Desautels offers a framework, built on these four foundations, for helping children and adolescents who’ve endured trauma:
Our own brain state. “This isn’t just about your profession,” says Desautels. “It’s about your life. A disregulated adult cannot regulate a child.” Educators must begin by taking a look at themselves and how they react to stressful situations, in and out of the classroom.
“If we teach kids to monitor their emotions by modeling it ourselves,” Desautels says, “they will mirror our behavior.”
Attachment. “If a child feels safe and ‘felt,’ they will learn,” says Desautels. But many children come to school insecurely attached, she points out, and mistrustful of adults. We must offer them touch points [more on those later] and routines that can help create the kind of relationships that promote healthy brain development.
“One emotionally healthy relationship with a caring adult can trump a lot of adversity,” Desautels says. “That’s the power of our social brains.”
When we make helping young people form positive relationships the goal of our interactions with them, even the most troubled can make amazing progress.
Regulation. Our brains change, both functionally and structurally, as a result of our life experiences, and an accumulation of ACEs can create actual brain inflammation. We must help students regulate the thoughts and emotions in their sometimes irregularly-wired brains, with the goal being a state of what Desautels calls “relaxed alertness.”
“Anxiety has become our new national learning disability,” she says. “For children who come from uncertainty, we need to amp up predictability. Their brains need routines and rituals.”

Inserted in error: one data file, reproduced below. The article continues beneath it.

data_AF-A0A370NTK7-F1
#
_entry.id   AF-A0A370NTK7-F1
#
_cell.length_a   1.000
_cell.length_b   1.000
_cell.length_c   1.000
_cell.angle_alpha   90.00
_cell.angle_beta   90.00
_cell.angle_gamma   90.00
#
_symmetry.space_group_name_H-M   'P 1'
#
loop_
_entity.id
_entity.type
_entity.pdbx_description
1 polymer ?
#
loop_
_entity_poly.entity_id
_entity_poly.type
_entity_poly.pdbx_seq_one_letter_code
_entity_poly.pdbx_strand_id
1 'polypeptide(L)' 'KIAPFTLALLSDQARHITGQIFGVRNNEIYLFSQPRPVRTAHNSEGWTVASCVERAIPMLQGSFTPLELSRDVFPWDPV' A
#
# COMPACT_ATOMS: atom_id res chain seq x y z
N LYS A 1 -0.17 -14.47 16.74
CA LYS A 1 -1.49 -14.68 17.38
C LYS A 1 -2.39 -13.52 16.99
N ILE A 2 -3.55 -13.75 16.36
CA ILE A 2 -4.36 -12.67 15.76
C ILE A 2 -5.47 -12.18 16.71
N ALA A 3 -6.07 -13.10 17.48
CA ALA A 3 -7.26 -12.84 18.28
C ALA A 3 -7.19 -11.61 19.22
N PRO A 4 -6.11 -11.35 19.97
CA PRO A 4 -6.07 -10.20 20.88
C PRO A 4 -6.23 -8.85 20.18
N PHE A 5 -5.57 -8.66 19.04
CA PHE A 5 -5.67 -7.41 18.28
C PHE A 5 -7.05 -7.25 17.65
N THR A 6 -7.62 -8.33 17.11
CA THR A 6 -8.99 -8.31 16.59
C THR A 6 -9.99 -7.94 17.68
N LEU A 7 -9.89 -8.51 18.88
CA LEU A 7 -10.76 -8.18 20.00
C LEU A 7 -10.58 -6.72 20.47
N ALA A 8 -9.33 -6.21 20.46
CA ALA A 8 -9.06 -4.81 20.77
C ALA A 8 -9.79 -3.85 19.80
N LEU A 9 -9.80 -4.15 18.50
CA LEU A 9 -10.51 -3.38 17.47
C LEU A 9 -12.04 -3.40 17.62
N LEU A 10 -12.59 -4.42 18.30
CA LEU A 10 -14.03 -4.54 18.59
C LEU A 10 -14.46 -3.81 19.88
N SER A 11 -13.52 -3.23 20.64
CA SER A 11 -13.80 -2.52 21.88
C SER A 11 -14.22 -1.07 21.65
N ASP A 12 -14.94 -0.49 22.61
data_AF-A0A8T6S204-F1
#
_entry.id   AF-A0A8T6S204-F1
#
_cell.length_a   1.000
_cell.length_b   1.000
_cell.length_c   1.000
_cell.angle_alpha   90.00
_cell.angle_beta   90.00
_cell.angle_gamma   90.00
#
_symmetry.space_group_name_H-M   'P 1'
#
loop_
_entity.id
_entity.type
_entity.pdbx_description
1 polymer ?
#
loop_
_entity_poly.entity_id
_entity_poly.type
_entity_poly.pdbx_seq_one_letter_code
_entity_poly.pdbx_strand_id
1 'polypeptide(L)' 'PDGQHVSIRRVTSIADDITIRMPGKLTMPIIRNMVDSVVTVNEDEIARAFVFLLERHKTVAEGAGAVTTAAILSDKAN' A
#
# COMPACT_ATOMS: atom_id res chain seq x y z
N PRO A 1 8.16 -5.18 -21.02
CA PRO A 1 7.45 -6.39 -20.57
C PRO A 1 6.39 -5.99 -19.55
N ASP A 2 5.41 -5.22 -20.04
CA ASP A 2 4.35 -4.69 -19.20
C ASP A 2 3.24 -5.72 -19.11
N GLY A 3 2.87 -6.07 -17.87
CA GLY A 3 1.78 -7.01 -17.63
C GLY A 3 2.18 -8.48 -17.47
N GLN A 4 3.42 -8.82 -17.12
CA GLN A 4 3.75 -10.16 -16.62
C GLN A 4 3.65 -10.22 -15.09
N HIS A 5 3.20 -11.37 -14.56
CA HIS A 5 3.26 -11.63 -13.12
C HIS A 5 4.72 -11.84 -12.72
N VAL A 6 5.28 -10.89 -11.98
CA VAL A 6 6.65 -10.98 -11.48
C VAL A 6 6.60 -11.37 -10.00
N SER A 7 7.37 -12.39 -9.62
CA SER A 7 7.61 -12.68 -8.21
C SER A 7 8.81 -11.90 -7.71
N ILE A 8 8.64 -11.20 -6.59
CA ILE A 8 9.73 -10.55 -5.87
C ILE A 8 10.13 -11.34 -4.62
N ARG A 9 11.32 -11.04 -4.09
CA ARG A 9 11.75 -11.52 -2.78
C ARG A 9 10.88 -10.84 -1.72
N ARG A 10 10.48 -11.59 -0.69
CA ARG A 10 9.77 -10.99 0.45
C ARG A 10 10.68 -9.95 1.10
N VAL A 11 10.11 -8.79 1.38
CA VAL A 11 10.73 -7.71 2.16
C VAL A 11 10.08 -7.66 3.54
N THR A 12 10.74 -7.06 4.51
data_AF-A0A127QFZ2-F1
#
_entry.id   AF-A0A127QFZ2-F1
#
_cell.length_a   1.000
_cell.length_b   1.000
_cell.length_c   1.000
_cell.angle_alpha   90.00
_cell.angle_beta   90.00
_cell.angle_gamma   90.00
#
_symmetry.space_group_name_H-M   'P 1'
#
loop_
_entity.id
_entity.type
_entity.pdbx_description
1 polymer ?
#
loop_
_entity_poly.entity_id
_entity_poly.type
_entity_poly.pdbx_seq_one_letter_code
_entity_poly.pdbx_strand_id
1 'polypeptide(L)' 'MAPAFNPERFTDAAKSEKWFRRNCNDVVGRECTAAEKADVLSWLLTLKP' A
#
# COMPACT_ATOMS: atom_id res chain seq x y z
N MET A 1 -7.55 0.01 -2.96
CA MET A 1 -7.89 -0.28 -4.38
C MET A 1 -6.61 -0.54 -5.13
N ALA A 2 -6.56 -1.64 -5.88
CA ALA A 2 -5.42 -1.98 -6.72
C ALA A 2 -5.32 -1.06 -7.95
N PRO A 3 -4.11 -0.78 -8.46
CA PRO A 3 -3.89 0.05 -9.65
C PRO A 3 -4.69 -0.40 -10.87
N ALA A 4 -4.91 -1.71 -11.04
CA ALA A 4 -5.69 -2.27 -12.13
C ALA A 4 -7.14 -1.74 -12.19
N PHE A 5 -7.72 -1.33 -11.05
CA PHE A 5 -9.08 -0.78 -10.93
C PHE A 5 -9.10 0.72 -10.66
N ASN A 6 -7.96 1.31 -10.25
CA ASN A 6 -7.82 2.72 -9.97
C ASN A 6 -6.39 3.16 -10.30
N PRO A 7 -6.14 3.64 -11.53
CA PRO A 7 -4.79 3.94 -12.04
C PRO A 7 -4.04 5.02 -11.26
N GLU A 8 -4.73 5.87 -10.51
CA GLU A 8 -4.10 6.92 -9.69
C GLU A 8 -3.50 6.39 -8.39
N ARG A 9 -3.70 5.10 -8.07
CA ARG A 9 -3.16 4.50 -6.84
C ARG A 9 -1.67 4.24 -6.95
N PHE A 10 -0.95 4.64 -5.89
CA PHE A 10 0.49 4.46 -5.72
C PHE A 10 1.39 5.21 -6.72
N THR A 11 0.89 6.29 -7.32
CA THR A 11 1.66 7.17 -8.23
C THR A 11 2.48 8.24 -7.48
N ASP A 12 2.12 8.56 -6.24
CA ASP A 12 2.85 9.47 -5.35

Well-known neuroscience researcher Bruce Perry has found that when childhood trauma is addressed effectively, the brain can heal and repair itself, leaving young people in a far better position to learn.
Teaching about neuroanatomy. “Give the science to your students,” Desautels advises, noting that some elementary schoolers she’s worked with get excited about pronouncing the word “amygdala,” a part of the brain in each hemisphere connected with experiencing emotions. Desautels has begun creating “Amygdala First-Aid Kits,” which she fills with sensory experiences and other activities that redirect the brain of a child who’s reached an alarmed state.
Touch points, says Desautels, are essentially ways to get the nervous system calm enough to access the frontal cortex, the brain’s center for learning and thought. They can be as simple as interactions with trusted individuals, people who know us and our strengths, challenges, and interests and are affirming of us. They can also be pre-planned activities and experiences.
Thinking of touch points specifically in relation to overcoming adversity and building resilience, many educators have begun having touch-point encounters with specific students throughout the school day. These intentional conversations are initiated by the adult and can be as brief as about 30 seconds or as long as five minutes—the key is to explore what’s going on with the student. When these kinds of encounters happen regularly, they can diminish the young person’s negative emotions, such as hopelessness or despair, especially if more than one adult is checking in with them.